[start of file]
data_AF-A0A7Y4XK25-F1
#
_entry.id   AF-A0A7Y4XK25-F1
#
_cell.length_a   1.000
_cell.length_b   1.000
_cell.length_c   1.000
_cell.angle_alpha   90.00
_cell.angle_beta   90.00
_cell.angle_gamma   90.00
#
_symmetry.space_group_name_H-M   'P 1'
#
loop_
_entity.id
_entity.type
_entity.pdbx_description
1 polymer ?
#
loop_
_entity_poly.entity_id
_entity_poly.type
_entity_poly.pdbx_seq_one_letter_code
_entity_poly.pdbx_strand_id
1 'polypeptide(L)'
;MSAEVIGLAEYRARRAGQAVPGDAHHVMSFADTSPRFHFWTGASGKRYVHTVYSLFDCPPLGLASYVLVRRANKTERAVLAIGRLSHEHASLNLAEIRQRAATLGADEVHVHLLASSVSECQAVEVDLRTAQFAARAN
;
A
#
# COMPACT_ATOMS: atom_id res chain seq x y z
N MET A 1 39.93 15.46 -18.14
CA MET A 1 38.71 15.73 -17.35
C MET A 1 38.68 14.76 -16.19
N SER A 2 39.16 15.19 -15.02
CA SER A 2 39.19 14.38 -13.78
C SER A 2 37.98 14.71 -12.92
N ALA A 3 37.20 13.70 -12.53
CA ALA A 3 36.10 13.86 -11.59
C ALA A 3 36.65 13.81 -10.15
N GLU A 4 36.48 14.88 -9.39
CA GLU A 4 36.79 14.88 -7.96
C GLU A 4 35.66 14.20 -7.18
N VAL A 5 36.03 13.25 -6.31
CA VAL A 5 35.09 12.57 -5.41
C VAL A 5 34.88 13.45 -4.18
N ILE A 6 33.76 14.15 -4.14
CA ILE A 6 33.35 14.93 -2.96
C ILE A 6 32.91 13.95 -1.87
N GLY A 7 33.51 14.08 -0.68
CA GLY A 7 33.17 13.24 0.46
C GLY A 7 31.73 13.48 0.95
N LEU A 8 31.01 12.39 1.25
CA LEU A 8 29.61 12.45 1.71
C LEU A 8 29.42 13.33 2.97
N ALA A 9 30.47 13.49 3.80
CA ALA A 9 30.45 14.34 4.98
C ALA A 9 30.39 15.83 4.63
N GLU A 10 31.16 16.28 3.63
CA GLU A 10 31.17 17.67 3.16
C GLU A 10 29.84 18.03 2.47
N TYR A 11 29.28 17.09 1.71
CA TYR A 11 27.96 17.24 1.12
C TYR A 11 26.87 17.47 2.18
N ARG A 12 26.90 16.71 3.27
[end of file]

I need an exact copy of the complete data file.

data_AF-A0A7Y4XK25-F1
#
_entry.id   AF-A0A7Y4XK25-F1
#
_cell.length_a   1.000
_cell.length_b   1.000
_cell.length_c   1.000
_cell.angle_alpha   90.00
_cell.angle_beta   90.00
_cell.angle_gamma   90.00
#
_symmetry.space_group_name_H-M   'P 1'
#
loop_
_entity.id
_entity.type
_entity.pdbx_description
1 polymer ?
#
loop_
_entity_poly.entity_id
_entity_poly.type
_entity_poly.pdbx_seq_one_letter_code
_entity_poly.pdbx_strand_id
1 'polypeptide(L)'
;MSAEVIGLAEYRARRAGQAVPGDAHHVMSFADTSPRFHFWTGASGKRYVHTVYSLFDCPPLGLASYVLVRRANKTERAVLAIGRLSHEHASLNLAEIRQRAATLGADEVHVHLLASSVSECQAVEVDLRTAQFAARAN
;
A
#
# COMPACT_ATOMS: atom_id res chain seq x y z
N MET A 1 39.93 15.46 -18.14
CA MET A 1 38.71 15.73 -17.35
C MET A 1 38.68 14.76 -16.19
N SER A 2 39.16 15.19 -15.02
CA SER A 2 39.19 14.38 -13.78
C SER A 2 37.98 14.71 -12.92
N ALA A 3 37.20 13.70 -12.53
CA ALA A 3 36.10 13.86 -11.59
C ALA A 3 36.65 13.81 -10.15
N GLU A 4 36.48 14.88 -9.39
CA GLU A 4 36.79 14.88 -7.96
C GLU A 4 35.66 14.20 -7.18
N VAL A 5 36.03 13.25 -6.31
CA VAL A 5 35.09 12.57 -5.41
C VAL A 5 34.88 13.45 -4.18
N ILE A 6 33.76 14.15 -4.14
CA ILE A 6 33.35 14.93 -2.96
C ILE A 6 32.91 13.95 -1.87
N GLY A 7 33.51 14.08 -0.68
CA GLY A 7 33.17 13.24 0.46
C GLY A 7 31.73 13.48 0.95
N LEU A 8 31.01 12.39 1.25
CA LEU A 8 29.61 12.45 1.71
C LEU A 8 29.42 13.33 2.97
N ALA A 9 30.47 13.49 3.80
CA ALA A 9 30.45 14.34 4.98
C ALA A 9 30.39 15.83 4.63
N GLU A 10 31.16 16.28 3.63
CA GLU A 10 31.17 17.67 3.16
C GLU A 10 29.84 18.03 2.47
N TYR A 11 29.28 17.09 1.71
CA TYR A 11 27.96 17.24 1.12
C TYR A 11 26.87 17.47 2.18
N ARG A 12 26.90 16.71 3.27